Beyond The Tie: Gifts Fit for Every Dad
You could get dad a tie for Father’s Day — after all, it’s one of the most common gifts to give dear old dad.
But maybe this year, you’d like to give him the gift of longevity instead — a gift that will keep him around, healthy and active for many years to come.
Maybe this year, you give dad the gift of fitness and wellness. And no, that doesn’t mean it has to be boring. Getting fit can be as easy as a good run, a regular tee time at your local golf course or a fun Saturday at the batting cages.
It’s something fitness expert Randy Turner, who talks with fathers in every stage of their lives when they come to see him at Texas Health Harris Methodist Hospital Fort Worth Fitness Center, recommends.
“Just giving dad an outlet to get active every week is a great gift,” he said.
And he doesn’t just recommend that; he practices what he preaches.
“I do this for a living, and I always encourage my dad to get out and be active,” Turner said. As a result, his dad is “taking care of himself more now, than he ever did before.”
In Turner’s job, he says he sees a lot of dads that want to enjoy their daily activities and hobbies more, but realize they might not be in the best shape to do that.
“They want to enjoy their life more,” he said. “They’re tired of being sore while working in the garden, or mowing the lawn.”
Turner said the philosophy at the fitness center is to “train for life.”
“I always go back to training for life,” he said. “So in your 20s and 30s, when you might be a dad with young kids, we’re going to focus on your lower back, your quads and other muscles you need to do things like lifting strollers and car seats or carrying a child around for a long time.
“When dad starts hitting his 40s and 50s, training for life would look different. Your blood pressure is starting to creep up. Maybe your nutrition is bad, your ligaments are getting stiff, and you’re not as active as you once were, so let’s start easing into this active stuff.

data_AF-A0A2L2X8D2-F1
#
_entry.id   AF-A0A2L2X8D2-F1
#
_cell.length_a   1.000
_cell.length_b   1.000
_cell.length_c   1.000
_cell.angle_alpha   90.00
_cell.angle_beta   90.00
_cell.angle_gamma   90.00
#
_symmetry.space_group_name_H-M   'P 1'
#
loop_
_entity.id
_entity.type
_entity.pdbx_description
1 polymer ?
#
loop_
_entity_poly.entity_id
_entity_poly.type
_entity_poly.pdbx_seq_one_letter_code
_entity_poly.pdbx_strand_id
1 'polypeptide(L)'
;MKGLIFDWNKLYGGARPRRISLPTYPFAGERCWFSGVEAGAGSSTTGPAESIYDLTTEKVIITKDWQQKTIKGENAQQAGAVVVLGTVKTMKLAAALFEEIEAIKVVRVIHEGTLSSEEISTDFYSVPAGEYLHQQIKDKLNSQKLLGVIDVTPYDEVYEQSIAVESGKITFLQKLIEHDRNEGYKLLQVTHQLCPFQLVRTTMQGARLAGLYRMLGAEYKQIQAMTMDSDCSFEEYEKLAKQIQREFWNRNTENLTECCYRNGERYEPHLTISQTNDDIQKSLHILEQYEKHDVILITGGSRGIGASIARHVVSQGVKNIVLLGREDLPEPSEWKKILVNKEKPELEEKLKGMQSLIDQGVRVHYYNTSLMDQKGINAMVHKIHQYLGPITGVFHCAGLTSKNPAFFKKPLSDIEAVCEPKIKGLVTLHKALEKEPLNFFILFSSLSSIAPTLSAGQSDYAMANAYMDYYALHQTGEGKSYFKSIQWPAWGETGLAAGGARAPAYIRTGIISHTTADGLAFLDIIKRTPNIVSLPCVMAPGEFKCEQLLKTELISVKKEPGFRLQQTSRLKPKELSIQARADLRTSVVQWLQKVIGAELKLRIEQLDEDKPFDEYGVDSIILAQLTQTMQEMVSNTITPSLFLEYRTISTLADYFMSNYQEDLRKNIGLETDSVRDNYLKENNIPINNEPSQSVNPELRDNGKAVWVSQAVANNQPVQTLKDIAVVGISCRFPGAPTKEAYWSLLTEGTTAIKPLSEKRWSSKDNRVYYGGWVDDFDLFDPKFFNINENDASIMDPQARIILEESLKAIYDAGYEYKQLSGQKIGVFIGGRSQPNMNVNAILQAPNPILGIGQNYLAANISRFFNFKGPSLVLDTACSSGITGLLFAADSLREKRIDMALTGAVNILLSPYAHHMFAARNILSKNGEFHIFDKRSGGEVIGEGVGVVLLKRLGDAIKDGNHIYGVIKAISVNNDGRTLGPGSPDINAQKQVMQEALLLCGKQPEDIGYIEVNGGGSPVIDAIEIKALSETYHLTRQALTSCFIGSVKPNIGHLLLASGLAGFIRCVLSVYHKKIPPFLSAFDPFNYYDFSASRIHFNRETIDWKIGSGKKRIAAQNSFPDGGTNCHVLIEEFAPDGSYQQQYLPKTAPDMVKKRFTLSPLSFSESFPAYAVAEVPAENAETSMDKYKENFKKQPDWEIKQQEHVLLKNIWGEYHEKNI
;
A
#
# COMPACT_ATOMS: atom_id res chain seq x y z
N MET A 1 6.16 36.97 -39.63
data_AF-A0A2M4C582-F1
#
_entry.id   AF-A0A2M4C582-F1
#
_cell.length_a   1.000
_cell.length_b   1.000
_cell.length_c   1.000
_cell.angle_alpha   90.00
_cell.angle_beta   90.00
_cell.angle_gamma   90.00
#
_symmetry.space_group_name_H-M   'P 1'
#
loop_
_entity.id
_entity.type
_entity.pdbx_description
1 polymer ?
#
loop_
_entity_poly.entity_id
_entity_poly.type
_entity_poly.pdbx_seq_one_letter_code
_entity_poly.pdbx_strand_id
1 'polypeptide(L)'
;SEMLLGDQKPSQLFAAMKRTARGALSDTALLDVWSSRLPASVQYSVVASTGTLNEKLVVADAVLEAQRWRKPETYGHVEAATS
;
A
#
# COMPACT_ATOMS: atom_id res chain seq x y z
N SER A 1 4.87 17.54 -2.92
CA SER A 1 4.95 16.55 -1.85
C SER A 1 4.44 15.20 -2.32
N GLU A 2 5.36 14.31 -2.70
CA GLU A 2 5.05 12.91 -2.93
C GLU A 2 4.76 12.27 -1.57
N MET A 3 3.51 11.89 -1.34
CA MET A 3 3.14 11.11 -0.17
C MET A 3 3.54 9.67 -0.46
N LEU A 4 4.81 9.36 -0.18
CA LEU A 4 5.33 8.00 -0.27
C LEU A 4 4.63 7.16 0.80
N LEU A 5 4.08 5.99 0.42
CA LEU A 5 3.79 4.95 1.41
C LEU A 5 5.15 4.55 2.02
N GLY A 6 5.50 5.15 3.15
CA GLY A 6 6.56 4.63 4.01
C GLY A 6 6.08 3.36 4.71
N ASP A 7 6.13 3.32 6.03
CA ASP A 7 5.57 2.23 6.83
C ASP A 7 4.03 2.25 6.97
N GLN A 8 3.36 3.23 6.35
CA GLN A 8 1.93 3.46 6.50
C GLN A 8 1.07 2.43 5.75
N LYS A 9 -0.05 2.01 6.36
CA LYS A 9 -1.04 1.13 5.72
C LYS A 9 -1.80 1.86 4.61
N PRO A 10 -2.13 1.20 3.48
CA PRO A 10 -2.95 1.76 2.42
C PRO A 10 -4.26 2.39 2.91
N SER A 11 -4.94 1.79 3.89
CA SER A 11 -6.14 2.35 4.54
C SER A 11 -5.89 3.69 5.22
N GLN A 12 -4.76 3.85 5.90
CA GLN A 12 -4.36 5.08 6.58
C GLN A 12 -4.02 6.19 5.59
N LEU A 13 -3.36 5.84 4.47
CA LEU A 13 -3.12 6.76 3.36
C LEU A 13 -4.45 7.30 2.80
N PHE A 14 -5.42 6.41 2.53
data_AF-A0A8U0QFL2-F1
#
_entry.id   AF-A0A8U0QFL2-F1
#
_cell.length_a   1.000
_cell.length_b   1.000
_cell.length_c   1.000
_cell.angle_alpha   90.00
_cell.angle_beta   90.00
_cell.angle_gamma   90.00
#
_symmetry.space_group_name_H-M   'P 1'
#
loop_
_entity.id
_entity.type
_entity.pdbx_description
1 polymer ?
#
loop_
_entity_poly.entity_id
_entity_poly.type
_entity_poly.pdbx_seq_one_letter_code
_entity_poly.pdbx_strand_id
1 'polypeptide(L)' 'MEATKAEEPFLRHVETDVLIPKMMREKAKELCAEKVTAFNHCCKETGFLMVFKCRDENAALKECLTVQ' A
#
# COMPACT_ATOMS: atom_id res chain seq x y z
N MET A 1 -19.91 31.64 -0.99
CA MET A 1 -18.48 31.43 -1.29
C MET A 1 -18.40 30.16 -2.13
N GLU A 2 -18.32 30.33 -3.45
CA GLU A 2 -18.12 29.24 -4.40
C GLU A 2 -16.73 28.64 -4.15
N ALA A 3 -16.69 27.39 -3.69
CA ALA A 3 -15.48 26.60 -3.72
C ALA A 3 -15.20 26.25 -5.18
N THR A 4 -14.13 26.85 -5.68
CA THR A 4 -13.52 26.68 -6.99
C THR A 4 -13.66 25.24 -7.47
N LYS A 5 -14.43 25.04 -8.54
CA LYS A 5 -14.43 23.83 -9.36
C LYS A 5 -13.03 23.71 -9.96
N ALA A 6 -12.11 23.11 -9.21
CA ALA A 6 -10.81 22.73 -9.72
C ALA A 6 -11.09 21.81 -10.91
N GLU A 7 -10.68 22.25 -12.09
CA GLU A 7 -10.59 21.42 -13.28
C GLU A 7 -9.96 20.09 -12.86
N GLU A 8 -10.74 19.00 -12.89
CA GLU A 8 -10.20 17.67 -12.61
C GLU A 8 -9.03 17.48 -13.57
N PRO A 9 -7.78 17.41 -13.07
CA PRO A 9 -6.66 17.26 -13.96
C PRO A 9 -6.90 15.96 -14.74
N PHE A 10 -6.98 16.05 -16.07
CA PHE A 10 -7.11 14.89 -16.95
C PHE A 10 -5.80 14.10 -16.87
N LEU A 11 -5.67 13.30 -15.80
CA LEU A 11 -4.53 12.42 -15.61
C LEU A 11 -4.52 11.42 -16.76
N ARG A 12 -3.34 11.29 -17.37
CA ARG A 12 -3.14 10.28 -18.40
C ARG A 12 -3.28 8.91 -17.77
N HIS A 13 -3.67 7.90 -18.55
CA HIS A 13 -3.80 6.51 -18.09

“And older dads, they are trying to maintain their independence,” Turner continued. “So training for life would include things like walking on a treadmill, and doing light exercise to keep joints flexible.”
So what would a fit Father’s Day gift look like? Finding a great one might be as easy as thinking about dad’s hobbies and interests — or even dinner conversation.
Here are some active gift suggestions you can find around the Dallas-Fort Worth area:
- If dad has always expressed an interest in taking up running, you could give a membership with a running club like the Dallas Running Club or the Fort Worth Runners Club.
- Good shoes are also important for running. Turner suggested hitting a store that specializes in running shoes to make an appointment for a professional fitting. “Go get a session set up with a specialized store, and get him a gift certificate for a good pair of running shoes.”
- Maybe dad is on that company softball team but would like to up his game when it comes to at bats. D-Bat in Fort Worth and Extra Innings Plano both offer lessons with skilled instructors, as well as batting cage rentals.
- Is dad a golfer? For a quick afternoon of fun, Top Golf has locations all over the Dallas-Fort Worth area, where he can practice driving and get a great upper body workout in.
- You can also set him up with a tee time at any of the six municipal courses in Dallas, or the four within the city of Fort Worth. You can also scour this list of the top 100 golf courses in Texas to find more near you.
- And if dad just wants to be more fit in general, you can always get him a membership at any Texas Health fitness center, and even get him set up with a session with a trainer!
“Of course, you’ll want to encourage him to see a doctor before starting any exercise routine,” Turner said.
Dr. Donald Hohman, an orthopedic surgeon and physician on the medical staff at Texas Health Presbyterian Hospital Dallas, agreed, adding that one thing to keep in mind is dad should generally start slow.
“Starting out with too much too fast is the best way to wind up with a major setback and/or a potential injury.”
Physicians on the medical staff practice independently and are not employees or agents of the hospital or Texas Health Resources.